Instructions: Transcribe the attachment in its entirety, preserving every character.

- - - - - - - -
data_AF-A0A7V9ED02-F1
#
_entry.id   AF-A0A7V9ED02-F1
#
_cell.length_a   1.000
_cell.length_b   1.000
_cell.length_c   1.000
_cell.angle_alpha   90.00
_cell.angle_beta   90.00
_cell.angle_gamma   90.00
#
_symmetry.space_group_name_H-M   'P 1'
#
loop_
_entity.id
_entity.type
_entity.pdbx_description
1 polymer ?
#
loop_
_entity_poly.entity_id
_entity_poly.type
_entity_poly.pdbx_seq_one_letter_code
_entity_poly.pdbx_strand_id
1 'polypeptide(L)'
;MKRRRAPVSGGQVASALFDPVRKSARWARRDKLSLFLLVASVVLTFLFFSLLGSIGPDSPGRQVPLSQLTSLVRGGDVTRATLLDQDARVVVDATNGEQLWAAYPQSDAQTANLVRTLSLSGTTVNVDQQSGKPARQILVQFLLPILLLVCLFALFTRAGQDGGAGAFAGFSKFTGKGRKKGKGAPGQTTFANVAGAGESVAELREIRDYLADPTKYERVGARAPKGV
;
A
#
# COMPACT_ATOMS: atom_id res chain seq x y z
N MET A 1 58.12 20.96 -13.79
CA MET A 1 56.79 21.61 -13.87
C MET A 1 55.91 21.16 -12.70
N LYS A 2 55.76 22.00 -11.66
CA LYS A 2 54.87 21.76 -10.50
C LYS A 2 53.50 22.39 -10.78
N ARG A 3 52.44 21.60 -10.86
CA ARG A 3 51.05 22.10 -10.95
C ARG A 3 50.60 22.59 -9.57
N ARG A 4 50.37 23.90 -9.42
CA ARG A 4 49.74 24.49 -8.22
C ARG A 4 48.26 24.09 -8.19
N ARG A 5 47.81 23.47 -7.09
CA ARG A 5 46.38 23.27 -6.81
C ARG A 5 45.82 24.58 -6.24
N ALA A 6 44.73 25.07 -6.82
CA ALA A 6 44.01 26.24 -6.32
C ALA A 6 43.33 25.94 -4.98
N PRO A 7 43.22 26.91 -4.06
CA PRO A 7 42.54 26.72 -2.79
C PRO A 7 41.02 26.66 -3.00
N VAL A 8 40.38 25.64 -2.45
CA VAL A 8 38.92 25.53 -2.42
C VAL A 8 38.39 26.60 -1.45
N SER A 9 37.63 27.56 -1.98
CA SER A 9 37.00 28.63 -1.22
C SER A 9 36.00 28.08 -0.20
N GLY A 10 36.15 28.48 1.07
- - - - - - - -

data_AF-A0A7V9ED02-F1
#
_entry.id   AF-A0A7V9ED02-F1
#
_cell.length_a   1.000
_cell.length_b   1.000
_cell.length_c   1.000
_cell.angle_alpha   90.00
_cell.angle_beta   90.00
_cell.angle_gamma   90.00
#
_symmetry.space_group_name_H-M   'P 1'
#
loop_
_entity.id
_entity.type
_entity.pdbx_description
1 polymer ?
#
loop_
_entity_poly.entity_id
_entity_poly.type
_entity_poly.pdbx_seq_one_letter_code
_entity_poly.pdbx_strand_id
1 'polypeptide(L)'
;MKRRRAPVSGGQVASALFDPVRKSARWARRDKLSLFLLVASVVLTFLFFSLLGSIGPDSPGRQVPLSQLTSLVRGGDVTRATLLDQDARVVVDATNGEQLWAAYPQSDAQTANLVRTLSLSGTTVNVDQQSGKPARQILVQFLLPILLLVCLFALFTRAGQDGGAGAFAGFSKFTGKGRKKGKGAPGQTTFANVAGAGESVAELREIRDYLADPTKYERVGARAPKGV
;
A
#
# COMPACT_ATOMS: atom_id res chain seq x y z
N MET A 1 58.12 20.96 -13.79
CA MET A 1 56.79 21.61 -13.87
C MET A 1 55.91 21.16 -12.70
N LYS A 2 55.76 22.00 -11.66
CA LYS A 2 54.87 21.76 -10.50
C LYS A 2 53.50 22.39 -10.78
N ARG A 3 52.44 21.60 -10.86
CA ARG A 3 51.05 22.10 -10.95
C ARG A 3 50.60 22.59 -9.57
N ARG A 4 50.37 23.90 -9.42
CA ARG A 4 49.74 24.49 -8.22
C ARG A 4 48.26 24.09 -8.19
N ARG A 5 47.81 23.47 -7.09
CA ARG A 5 46.38 23.27 -6.81
C ARG A 5 45.82 24.58 -6.24
N ALA A 6 44.73 25.07 -6.82
CA ALA A 6 44.01 26.24 -6.32
C ALA A 6 43.33 25.94 -4.98
N PRO A 7 43.22 26.91 -4.06
CA PRO A 7 42.54 26.72 -2.79
C PRO A 7 41.02 26.66 -3.00
N VAL A 8 40.38 25.64 -2.45
CA VAL A 8 38.92 25.53 -2.42
C VAL A 8 38.39 26.60 -1.45
N SER A 9 37.63 27.56 -1.98
CA SER A 9 37.00 28.63 -1.22
C SER A 9 36.00 28.08 -0.20
N GLY A 10 36.15 28.48 1.07